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My Coast Guard
Commentary | Sept. 18, 2020

Coast Guard Announces Outlook to Combat Illegal, Unreported and Unregulated Fishing

By Kara Noto, MyCG Staff

Do you know how the seafood you eat is caught? It’s possible the fish you buy came from an illegal fishing haul. It’s estimated that one in five fish in an industry with a sales value of over $400 billion are brought to market through unlawful methods. Fishing communities subject to the standards that promote good governance of resources are disadvantaged when illegally caught fish enter the market.   

The Commandant has announced a plan to combat the multi-billion dollar international black market in fishing, pursuing new efforts and international partnerships to combat economically and environmentally unsustainable fishing practices.

The outlook, announced by the Commandant on Wednesday, outlines the next steps necessary to deter illegal, unreported and unregulated fishing (IUU). If left unchecked, IUU fishing undermines national security, threatens the American seafood industry’s economic stability, and causes environmental harm.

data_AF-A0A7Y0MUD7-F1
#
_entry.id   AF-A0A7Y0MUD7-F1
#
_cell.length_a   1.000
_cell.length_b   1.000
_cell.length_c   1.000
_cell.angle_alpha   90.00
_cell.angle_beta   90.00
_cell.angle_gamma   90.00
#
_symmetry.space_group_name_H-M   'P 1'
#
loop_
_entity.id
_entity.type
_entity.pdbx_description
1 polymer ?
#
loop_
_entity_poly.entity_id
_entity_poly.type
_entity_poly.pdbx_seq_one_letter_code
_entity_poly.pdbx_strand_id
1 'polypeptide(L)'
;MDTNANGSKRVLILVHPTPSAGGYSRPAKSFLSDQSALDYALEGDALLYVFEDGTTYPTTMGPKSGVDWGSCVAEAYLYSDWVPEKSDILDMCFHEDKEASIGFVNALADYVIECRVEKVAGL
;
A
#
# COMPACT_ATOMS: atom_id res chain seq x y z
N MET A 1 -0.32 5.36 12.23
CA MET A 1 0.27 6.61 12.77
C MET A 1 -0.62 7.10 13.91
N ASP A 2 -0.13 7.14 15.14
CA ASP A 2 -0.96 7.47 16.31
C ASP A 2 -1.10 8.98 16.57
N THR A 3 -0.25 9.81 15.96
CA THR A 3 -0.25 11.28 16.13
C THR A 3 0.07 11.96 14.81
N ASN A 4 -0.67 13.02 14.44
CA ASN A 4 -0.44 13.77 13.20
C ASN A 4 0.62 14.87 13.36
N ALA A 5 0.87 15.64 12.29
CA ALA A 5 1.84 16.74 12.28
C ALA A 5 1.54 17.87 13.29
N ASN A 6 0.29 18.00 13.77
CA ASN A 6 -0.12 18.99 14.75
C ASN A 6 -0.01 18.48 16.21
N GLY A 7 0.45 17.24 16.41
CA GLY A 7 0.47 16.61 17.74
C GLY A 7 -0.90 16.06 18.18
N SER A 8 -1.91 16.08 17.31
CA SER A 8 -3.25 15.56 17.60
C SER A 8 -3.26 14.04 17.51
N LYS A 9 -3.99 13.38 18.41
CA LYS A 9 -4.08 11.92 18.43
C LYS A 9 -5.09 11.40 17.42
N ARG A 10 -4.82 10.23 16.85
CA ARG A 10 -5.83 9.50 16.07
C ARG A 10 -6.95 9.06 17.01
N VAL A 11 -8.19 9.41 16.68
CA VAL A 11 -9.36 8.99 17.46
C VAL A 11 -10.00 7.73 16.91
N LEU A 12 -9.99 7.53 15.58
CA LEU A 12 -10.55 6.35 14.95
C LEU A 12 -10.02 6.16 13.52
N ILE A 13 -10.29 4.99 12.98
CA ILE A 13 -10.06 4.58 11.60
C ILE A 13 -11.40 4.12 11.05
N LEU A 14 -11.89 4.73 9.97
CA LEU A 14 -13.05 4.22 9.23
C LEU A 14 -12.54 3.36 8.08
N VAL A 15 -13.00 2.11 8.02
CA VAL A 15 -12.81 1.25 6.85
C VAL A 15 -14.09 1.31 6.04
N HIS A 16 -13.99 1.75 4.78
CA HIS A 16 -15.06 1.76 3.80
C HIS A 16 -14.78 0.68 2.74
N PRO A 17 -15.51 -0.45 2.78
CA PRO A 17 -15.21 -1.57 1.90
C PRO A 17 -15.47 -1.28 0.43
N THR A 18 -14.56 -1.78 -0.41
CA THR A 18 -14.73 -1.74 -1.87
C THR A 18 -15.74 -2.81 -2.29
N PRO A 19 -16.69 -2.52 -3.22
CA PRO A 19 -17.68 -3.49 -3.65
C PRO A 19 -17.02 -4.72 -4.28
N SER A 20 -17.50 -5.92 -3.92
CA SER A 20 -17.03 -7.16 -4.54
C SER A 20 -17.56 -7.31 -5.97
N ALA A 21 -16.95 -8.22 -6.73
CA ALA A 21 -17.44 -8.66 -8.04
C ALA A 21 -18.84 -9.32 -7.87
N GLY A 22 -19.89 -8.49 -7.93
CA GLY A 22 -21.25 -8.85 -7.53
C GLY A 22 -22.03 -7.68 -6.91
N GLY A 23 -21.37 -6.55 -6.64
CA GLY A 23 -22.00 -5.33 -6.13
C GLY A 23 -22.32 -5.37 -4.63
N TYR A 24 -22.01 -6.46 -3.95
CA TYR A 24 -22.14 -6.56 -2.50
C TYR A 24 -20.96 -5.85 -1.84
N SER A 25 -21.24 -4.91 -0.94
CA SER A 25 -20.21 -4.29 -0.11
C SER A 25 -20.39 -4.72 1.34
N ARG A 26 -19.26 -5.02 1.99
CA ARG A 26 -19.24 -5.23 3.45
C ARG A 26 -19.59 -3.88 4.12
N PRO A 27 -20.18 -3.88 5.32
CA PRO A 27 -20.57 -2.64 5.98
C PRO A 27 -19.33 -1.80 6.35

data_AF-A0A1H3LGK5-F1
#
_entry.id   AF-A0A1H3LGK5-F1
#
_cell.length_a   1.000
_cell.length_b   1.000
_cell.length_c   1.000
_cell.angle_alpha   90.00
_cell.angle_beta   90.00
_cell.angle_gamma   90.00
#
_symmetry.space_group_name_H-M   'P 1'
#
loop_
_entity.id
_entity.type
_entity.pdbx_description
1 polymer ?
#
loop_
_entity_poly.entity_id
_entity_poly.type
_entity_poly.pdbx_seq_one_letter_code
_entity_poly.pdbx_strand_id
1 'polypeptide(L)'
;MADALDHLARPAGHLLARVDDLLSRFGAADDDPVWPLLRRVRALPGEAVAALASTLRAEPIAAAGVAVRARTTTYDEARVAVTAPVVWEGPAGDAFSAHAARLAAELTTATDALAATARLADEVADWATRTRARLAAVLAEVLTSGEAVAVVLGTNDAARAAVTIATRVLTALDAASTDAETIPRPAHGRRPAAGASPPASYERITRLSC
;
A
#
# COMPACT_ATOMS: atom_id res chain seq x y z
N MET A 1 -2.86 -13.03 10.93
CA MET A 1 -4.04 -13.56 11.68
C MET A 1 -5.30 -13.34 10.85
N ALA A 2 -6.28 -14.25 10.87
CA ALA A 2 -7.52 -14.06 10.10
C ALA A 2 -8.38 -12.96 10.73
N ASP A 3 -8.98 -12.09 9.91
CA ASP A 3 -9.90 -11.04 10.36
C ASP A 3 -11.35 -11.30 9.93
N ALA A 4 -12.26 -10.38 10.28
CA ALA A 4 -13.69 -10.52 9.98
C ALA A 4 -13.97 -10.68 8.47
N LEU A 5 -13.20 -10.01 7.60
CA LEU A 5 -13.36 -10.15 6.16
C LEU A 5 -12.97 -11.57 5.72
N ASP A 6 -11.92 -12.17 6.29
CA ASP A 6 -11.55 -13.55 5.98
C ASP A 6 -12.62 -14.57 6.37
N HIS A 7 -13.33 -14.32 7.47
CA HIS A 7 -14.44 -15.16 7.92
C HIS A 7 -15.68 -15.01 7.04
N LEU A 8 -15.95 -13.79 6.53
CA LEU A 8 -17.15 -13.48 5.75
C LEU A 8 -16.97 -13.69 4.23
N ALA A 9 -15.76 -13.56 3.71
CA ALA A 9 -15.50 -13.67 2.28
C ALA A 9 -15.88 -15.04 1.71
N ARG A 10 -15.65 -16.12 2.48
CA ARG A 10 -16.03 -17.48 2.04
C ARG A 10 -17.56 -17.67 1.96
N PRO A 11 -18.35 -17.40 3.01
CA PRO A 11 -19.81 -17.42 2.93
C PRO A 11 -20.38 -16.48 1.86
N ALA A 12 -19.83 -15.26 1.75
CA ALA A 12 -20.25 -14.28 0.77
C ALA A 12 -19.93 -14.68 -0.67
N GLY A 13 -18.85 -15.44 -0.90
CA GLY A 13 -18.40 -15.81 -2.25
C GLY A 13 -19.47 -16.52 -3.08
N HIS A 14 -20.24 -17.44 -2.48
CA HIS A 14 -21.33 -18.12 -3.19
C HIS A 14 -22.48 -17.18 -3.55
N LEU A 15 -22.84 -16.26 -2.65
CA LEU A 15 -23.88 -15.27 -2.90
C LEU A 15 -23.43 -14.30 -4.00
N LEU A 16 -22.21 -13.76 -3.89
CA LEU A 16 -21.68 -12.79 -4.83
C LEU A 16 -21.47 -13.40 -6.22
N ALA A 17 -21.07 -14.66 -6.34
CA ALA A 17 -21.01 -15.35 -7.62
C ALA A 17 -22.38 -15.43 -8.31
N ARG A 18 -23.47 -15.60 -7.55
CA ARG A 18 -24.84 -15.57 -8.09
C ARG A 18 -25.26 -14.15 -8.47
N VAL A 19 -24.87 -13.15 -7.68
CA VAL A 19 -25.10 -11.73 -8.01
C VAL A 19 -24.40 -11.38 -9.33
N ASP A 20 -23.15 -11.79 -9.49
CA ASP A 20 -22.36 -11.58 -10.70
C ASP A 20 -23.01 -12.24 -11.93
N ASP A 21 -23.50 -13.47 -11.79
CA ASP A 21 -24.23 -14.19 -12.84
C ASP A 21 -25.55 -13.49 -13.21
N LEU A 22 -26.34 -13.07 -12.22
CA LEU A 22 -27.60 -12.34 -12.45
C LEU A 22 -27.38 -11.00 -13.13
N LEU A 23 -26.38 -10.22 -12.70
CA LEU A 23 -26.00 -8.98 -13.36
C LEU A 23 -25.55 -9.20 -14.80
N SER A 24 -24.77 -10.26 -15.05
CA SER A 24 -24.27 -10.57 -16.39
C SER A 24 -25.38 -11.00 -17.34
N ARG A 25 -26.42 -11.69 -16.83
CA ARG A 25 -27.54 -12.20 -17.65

“The Coast Guard’s IUU Fishing Strategic Outlook outlines the Service’s efforts to combat the scourge of IUU fishing over the next decade. We are committed to working with our allies and like-minded partners to strengthen the international fisheries enforcement regime and counter this pervasive threat,” said Commandant of the Coast Guard, Adm. Karl L. Schultz. “As a recognized world leader in maritime safety, security and environmental stewardship, the Coast Guard has a responsibility to help build a coalition of partners willing to identify and address IUU fishing bad actors and model responsible global maritime behavior.”

IUU fishing might appear localized, but the impact reaches far beyond any exclusive economic zones. Glance at any label in the grocery store and the international sourcing is an indication that the global supply chain requires coordinated global action. The Coast Guard has and will continue to serve as a leader among partner agencies to establish parameters and precedent in the maritime domain, working with the National Oceanic and Atmospheric Administration (NOAA), the Department of State (DOS), and the Department of Defense (DOD) to form a unified government effort.

IUU fishing often happens in concert with other illicit activities, including the atrocities of human trafficking and forced labor as well as trafficking of other illegal substances.

In addition to the economic impact to the fishing industry, IUU fishing practices complicate efforts to reduce global hunger; over 40 percent of the global population rely on fish as an essential source of protein.